Monday, September 24, 2012

Can't see over to the other side

The Psychedelicates and their wine-soaked songs

Last night I went to see my friend Carol's show in Presque Isle, at Bou's, a club aptly named. It made me feel, as usual, on most days when I wander around Aroostook County, that I don't belong. Spending time with Carol, who belongs so thoroughly, who builds community as art practice, as much as I love her and love spending time with her and at her home in Castle Hill, makes the feeling especially acute. All of the county girls were out last night, in kitten heels and shorts, all of the twenty-somethings, one of which I once was.

Now I'm not. Now I'm watching my blown-out garden, praying I get tomatoes indoors, and maybe a pepper or two before frost, bolting cilantro and lettuce, basil I can't bear to cut back. I feel always like the odd man out, the one that doesn't know the score, the thin man in Bob Dylan's ballad. Here I am, the one thing that I want—belonging--the one thing I can't have.

It makes a better story that way. K.'s been looking at boats and boat blogs again. Here are two:

Downeast Cutter
Ingrid 38
I'm not allowed to post links whereby you might go find these fine sailboats and buy them yourself.

And then, what follows soon after sailboat searches?  Adventurer blogs.  This guy, Grillabong Quixotic, flew to Mexico with nothing but a dream, to build an outrigger sailboat. Now he's in Panama.

These people raised a child on their engineless Ingrid. Who needs an engine?

As soon as I'm happy, comfortable, putting down roots, I begin to make plans to pull them up again. Kayak searches to Baja. Lonely Planet guides. Emotional separation from the dog that'll never survive Mexico.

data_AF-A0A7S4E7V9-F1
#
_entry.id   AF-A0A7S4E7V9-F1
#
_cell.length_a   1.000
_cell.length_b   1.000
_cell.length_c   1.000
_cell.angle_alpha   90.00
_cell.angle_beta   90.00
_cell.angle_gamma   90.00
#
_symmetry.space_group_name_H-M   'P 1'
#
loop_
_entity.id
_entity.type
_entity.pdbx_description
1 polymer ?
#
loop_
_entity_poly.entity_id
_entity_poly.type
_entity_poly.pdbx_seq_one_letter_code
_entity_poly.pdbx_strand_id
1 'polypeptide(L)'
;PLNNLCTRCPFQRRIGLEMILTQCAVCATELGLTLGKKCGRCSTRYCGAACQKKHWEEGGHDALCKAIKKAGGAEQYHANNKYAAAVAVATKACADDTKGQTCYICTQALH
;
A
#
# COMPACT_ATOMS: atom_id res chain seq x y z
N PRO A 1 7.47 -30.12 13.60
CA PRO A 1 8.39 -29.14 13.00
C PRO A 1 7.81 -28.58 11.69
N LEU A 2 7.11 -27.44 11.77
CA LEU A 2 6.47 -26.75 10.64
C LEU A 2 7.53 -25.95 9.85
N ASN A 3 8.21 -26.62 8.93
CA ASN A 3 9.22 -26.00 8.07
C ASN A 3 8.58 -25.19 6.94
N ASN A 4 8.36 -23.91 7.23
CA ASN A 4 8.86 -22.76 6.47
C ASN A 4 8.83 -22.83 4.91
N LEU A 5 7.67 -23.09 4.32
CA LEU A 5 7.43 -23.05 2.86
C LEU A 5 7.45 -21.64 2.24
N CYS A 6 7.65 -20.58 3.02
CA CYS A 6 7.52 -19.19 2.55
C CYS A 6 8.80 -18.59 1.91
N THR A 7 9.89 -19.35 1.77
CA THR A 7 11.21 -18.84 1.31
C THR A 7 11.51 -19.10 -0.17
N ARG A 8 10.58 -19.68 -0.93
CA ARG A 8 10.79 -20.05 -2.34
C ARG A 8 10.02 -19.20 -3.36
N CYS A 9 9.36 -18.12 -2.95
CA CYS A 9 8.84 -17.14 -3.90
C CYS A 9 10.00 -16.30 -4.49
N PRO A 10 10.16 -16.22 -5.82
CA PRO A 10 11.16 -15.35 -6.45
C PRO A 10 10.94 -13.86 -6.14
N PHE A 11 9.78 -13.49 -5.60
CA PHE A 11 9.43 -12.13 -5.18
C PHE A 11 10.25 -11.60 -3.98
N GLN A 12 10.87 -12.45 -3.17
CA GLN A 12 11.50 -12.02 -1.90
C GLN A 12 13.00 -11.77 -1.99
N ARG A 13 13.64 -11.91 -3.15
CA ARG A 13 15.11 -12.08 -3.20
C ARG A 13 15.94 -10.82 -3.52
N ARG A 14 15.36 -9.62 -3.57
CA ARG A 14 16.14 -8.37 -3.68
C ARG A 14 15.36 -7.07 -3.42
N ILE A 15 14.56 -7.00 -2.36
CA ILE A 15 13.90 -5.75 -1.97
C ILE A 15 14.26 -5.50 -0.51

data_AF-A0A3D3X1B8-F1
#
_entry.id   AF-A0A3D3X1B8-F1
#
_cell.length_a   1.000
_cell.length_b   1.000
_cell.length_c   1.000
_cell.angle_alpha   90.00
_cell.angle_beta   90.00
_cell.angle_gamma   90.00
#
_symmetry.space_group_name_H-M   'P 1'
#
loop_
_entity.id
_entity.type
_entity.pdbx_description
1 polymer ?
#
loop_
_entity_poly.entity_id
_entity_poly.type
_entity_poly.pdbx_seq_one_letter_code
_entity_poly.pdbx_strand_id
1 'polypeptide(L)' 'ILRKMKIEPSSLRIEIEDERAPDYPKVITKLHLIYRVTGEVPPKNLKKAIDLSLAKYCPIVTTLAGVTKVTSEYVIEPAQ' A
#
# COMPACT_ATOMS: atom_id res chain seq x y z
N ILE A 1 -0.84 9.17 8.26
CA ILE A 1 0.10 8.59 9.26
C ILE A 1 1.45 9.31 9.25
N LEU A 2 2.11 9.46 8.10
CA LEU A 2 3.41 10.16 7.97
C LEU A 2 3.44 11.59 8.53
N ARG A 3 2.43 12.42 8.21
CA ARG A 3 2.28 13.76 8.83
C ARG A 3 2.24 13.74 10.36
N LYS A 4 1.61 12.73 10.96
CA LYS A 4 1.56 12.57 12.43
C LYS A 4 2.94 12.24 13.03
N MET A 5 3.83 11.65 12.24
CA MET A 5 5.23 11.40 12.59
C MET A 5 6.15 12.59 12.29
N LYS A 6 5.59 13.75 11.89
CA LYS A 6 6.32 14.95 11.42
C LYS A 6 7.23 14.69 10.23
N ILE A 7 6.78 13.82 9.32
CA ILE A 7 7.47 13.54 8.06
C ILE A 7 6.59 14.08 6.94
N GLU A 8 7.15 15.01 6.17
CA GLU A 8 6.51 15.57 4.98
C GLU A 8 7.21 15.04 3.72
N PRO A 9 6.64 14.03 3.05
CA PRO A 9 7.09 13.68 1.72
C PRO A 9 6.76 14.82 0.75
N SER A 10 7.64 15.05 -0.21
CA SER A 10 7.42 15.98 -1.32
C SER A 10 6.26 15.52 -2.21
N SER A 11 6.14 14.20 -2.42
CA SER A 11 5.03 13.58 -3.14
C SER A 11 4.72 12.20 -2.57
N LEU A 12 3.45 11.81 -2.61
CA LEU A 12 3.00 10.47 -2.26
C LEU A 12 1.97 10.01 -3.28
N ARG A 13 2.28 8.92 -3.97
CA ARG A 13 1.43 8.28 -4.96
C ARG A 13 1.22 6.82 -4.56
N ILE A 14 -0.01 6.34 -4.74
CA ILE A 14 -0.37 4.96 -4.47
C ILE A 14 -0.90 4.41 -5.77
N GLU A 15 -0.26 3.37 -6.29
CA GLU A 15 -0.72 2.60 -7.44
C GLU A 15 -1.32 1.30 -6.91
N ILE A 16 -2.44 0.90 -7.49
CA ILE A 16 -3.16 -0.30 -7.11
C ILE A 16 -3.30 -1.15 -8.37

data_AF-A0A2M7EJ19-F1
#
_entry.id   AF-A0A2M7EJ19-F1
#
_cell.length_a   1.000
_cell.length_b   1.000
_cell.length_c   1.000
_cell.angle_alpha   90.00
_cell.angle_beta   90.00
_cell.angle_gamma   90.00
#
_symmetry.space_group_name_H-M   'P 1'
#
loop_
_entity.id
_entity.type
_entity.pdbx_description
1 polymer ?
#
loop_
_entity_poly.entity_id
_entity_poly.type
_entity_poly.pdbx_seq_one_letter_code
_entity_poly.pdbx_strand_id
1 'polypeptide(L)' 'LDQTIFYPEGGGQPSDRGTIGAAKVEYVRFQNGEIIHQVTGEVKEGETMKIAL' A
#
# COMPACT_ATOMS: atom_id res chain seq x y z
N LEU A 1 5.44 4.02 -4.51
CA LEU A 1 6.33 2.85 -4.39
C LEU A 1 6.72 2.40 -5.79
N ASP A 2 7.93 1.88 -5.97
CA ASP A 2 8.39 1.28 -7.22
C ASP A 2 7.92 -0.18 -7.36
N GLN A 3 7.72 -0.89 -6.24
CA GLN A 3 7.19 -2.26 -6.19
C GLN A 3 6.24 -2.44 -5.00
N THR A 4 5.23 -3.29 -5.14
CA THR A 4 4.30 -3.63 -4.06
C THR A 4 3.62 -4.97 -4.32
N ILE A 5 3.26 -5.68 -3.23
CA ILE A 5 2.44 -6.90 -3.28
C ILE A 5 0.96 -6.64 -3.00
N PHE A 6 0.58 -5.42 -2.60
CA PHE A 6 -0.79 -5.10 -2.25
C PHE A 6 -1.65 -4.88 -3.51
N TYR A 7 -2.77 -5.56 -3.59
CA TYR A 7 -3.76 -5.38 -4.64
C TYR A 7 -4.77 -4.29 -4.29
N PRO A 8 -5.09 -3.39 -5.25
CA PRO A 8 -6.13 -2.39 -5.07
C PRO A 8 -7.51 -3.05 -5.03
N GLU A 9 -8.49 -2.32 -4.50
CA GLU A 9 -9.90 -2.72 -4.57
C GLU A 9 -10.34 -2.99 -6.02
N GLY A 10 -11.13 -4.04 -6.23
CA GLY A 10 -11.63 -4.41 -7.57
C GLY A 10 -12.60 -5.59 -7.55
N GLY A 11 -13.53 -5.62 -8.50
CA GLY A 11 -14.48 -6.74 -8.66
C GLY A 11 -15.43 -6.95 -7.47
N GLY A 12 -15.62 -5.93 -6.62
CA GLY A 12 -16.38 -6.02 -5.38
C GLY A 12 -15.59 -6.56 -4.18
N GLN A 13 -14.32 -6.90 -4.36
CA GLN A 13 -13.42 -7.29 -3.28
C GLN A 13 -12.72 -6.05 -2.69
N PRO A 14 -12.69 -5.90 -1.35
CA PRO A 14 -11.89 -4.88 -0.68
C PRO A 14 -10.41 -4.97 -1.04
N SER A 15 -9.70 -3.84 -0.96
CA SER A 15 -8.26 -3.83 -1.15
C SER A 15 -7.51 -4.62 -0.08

Casting off, you say? Casting off indeed. Sometimes I believe that the best thing to do would be to stay put, that again I'm just running away from belonging, from stability, from home. Sometimes I don't want to run aymore.

I want to paint walls. I want to plant rosebushes. I want to put up bookshelves and brackets for hanging plants and window boxes. But what's the point of buying paint or bolts or lumber for someone else's house? Better save that money for epoxy and teak-and-holly ply and bosun's chairs.

Thursday, September 13, 2012

Don't you remember

To some extent, maintenance is a matter of doing the same thing every day. Brushing our teeth. Eating, sleeping. Weeding, in the garden. Writing, as a practice, on these electronic pages and elsewhere. Coming to my desk to work, coming to my mat to practice yoga.

We must do these things every day, or we lose flexibility, we lose skill, we lose resilience.

At least I do. I become flaccid, lazy, weak. Or that's what I believe. I don't know.

It's been a rough couple of months. The shoulder thing has blossomed into a full-on injury, and I keep blaming myself for it, internalizing the national dialog that's taking place right now over my choice to pursue my own entrepreneurial dreams of being an adventurer, traveler, writer—the choices that have let me to consequences, to a career without health insurance. I've been stewing in my own juices of self-pity and self-blame, thinking about karma (my favorite word to say with a Boston accident) and martyrdom (almost as fun) and how if I had just done more yoga, to the correct amount of vigor, if I had just been able to listen to my body, if I'd had enough faith, more courage, more moxie, more vim—I wouldn't be in this situation. Yet here I am.

In the meantime, I've been traveling, writing, writing about traveling. I had my first ever retreat to the wild world of the Allagash. I'll get around to posting photographs eventually.

The tomatoes are stricken with blight, and no hot peppers this year for green-tomato salsa. The rest of the garden is overcome by weeds. My immobilization means I've been eating ramen, dreaming of the days when I can once again carry wood and dig up sod and knead dough.

And I'm going to see a doctor, even if I have to make a run for the border after.